We eagerly went over the menu and decided that a selection of small plates, mostly, placed in the middle of the table for sharing, would suit us just fine.
Here’s the joy of small-plate sharing: Lucinda doesn’t like beets, and she’s not crazy about brussels sprouts. This seemed at first to rule out three of the small plates. Mary loves beets, so more for her. I like frisée and so does Lucinda, but Mary isn’t enthused. However, she’s open for just about everything else, and mussels and Castello blue cheese are definitely two thumbs up for us all.
So put a bunch of plates on the table, grab a fork, take what you like, and one of your pals will likely scarf up the bits you pass by.
So, Lucinda and I both liked the look of the Herb Roasted Ratatouille ($7). Mary wanted the roasted early beets ($7). I was eager to devour the frisée salad with smoked bacon, poached egg and cave aged Gruyère ($7), and Lucinda was smitten with the warm goat cheese, tot-soi and frisée greens with pomegranate vinaigrette ($7). We could all agree on a large plate (a large cast-iron pot, actually) of roasted mussels with garlic, fennel and white wine ($11), and nobody objected to a cheese plate featuring that mild Danish Castello Blue and a French goat’s milk Bucheron cheese from the Loire (two-cheese plate for $10).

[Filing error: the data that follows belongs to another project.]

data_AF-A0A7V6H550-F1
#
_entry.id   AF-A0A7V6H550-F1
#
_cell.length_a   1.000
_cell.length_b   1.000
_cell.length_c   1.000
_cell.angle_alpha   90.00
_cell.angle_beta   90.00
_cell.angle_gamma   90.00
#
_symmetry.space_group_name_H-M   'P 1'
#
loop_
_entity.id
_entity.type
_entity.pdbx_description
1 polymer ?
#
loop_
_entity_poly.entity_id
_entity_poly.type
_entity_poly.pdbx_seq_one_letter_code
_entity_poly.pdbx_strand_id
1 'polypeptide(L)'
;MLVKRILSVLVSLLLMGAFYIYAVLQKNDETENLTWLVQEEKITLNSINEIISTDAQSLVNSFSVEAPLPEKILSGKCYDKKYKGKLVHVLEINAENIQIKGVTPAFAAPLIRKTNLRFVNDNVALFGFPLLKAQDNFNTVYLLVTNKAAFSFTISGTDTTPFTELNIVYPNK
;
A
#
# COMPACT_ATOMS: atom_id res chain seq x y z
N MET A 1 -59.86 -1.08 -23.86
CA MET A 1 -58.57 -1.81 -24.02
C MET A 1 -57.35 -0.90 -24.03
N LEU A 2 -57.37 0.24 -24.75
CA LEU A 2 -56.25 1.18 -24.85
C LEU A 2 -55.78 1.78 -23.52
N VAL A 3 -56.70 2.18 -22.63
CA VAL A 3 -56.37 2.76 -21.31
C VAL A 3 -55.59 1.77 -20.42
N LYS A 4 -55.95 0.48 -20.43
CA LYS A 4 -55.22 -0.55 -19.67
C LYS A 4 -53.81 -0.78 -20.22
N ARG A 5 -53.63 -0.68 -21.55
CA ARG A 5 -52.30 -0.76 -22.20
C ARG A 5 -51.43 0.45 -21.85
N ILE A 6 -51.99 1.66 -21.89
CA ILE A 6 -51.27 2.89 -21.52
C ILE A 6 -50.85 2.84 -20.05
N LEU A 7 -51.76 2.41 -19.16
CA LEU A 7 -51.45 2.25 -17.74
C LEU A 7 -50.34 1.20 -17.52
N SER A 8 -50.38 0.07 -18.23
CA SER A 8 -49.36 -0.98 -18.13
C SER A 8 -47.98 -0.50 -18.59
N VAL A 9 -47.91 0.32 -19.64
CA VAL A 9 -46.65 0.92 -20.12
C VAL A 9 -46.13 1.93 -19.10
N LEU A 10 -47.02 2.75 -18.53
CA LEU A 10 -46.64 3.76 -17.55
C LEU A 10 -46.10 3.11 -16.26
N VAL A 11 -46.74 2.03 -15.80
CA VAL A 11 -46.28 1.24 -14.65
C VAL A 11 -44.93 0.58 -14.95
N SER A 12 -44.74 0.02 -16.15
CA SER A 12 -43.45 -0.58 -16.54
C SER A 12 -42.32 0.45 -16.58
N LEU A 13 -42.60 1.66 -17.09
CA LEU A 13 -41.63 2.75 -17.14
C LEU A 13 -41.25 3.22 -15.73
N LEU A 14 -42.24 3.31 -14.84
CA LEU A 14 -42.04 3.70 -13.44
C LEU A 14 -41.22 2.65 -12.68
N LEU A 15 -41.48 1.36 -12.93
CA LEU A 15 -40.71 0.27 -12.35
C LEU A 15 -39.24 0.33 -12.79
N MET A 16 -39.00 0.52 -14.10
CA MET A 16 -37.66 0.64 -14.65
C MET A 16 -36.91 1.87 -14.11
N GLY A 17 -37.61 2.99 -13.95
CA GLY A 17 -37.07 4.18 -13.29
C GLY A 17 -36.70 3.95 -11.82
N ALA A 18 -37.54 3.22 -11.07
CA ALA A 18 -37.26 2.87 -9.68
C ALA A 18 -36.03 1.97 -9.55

732 Social, as noted, is a small room — the restaurant’s capacity of 60 includes tables out front. With its high ceilings, it’s basically a wooden cube with big glass windows. Tables and some of the walls are paneled with natural planks from an old Kentucky barn. A large painting on one beige wall bears a strange resemblance to a swatch from a colorful seersucker suit, or perhaps a giant square of tasteful wrapping paper.
An L-shaped “dining bar” overlooking the tiny kitchen affords a bit more eating space. Cloth napkins bear a pretty design of stylized birds and flowers.
The wine list includes lots of interesting items in the $20 and $30 range, not to mention a good choice of artisanal beers and “Prohibition-era” cocktails.
Lucinda and I shared wine-selection duty: I set parameters, either a Pinot Noir or a crisp, dry white to go with our choice of dishes. She zeroed in on a food-friendly white, Domaine Guindon 2007 Muscadet ($26), made in France’s Loire Valley (a natural match with the Bucheron cheese) from sustainably grown grapes.